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What changes should be made to family law?

These proposals let family law lawyers discuss and vote on what changes they think should be made to the law or court procedures. The results can be viewed and shared with legislators and the Courts. The proposals put forth are written by member lawyers, and do not necessarily reflect the views of this website or its administrators. You can view more proposals or make a proposal yourself.

Proposal: MEP should be less MEPPY
Child Support - Feb 10th

82% in favour out of 11 votes

Stephen Harfield
  Queck & Associates
   Sherwood Park, Alberta

From the Payee's side, the administrative structure makes things difficult in a few ways - if the payments are for the first of the month, they may not get them until a few days after rent is due. Also, s. 7 expenses continues to be hard to manage. MEP in my experience also screws up - reads agreements and orders wrong, and clearing up the situation takes forever.

Starting the conversation that we should be looking at ways to refine, or reform, MEP.

1 45 days ago

Anonymous 2019
   Edmonton Region, Alberta

You have a point, but permit me to argue the other side.

I think it's unfair to blame MEP.

Each one of MEP's caseworkers have hundreds of files to manage. They do a very good job with the volume of work given to them.

We should appreciate them more.

I also know for a fact that they go out of their way to work with payors, payees and their lawyers when they can.

The key is to approach them with respect and to start by taking the time to understand why MEP is approaching a problem the way it is.

Some payors who have problems with MEP are the architects of their own misery -- their behaviour towards MEP explains their lack of success.

MEP's interpretation of orders is also guided by government legal counsel.

We probably rely too much on MEP (and MEP's lawyers) to work out the implementation of vague and uncertain court orders.

I say that reform begins with lawyers better understanding how to work with MEP.

By the way, the timing issues you mentioned (e.g., will the payor have the money to pay by the deadline, will the recipient get the payment in time for major bill payments) can all be avoided if lawyers and the court take the time to understand cash flow timing for payor and payee. In my experience, almost nobody does. Many clients need to be told exactly how to budget for their child support. They also need to be told that it takes several days for a payment to clear the banking system. If you do this, you can avoid timing problems and penalties.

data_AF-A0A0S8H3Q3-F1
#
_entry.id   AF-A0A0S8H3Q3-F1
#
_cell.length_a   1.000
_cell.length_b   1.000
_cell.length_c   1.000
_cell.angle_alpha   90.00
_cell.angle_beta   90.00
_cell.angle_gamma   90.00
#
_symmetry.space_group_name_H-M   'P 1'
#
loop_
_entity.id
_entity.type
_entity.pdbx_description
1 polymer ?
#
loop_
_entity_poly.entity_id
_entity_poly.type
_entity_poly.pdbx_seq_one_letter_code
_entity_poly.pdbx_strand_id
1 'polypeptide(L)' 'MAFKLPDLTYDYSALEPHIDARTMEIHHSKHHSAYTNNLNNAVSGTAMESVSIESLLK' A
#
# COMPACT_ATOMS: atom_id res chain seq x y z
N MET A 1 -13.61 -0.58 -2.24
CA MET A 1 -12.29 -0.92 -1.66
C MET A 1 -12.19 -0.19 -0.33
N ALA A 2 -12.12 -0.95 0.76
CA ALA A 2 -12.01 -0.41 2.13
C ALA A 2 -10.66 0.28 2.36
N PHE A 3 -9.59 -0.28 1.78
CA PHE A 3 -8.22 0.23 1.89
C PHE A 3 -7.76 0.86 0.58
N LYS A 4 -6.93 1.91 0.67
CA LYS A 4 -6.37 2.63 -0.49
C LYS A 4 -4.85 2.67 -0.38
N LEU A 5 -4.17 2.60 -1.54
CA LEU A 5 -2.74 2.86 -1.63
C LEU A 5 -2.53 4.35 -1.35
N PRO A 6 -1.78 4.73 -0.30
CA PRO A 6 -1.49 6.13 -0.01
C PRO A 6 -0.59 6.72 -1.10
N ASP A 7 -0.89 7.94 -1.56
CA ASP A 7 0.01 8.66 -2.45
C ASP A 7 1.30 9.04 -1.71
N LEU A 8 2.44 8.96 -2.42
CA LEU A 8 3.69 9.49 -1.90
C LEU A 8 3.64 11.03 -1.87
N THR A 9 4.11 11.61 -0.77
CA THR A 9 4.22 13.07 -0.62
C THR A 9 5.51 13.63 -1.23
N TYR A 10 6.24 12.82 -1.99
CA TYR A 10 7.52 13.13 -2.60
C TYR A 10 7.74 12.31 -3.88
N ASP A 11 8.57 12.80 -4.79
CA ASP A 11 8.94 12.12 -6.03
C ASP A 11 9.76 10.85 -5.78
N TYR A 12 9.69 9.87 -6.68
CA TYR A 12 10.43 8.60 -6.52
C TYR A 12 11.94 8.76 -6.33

1 44 days ago - edited 44 days ago

Anonymous 2017
   Edmonton Region, Alberta

All good points, but saying a heavy burden falls on lawyers in dealing with MEP neglects the true point of MEP to make the enforcement of Orders easy, and not reliant on lawyers who, we all know, come from varying levels of workload, experience, and aptitude.

The responsible lawyer will before filing an order consult with MEP’s procedures and recommendations. If any questions, contact MEP.

However, contacting MEP can take days, or weeks. And the perspective given by a case worker is not always right either.

A couple really easy ideas for reform.

-having a mep spokesperson available in chambers to assist with terms on an order and to assist a judge for anything that should be probed or caught before drafting an order
-having better clauses to draw on. Like rather than having clauses bungled by lawyers, have a standard menu on applications that you can tick off for what you want them to do
-making contact with mep easier and not a process where you request a call back, get one 5 days later, but you were in the washroom when they called and you have to play endless phone tag
-a better process for correcting errors. I dont want to have to go to court because one stubborn mep worker having a bad day is deciding to be difficult or unreasonable. A good example is recently MEP decided on a file of mine to pay my client $3000 instead of the $4000 ordered. It took about 3 months for them to fix it. Unacceptable.

0 42 days ago

Anonymous 2021
   Other Region, Alberta

Caseworkers at MEP need better training, especially as it relates to s.7 expenses. I once had a client angry at me because the MEP caseworker refused to allow a claim for a dental exam, saying it "wasn't in the order". The order had the entirety of s. 7 copied word for word. I'm not sure in what world a dental exam doesn't qualify as a "medical expense" (which is specifically stated in s. 7). The caseworker told the client if the form submitted said dental expense instead of dental exam, it would qualify.
So, a lot of anger and frustration (and wasting of time) for no good reason. Maybe MEP could just tell us the wording they want in every order and take the guesswork out of it for us, then train their caseworkers to the same standard?

0 42 days ago

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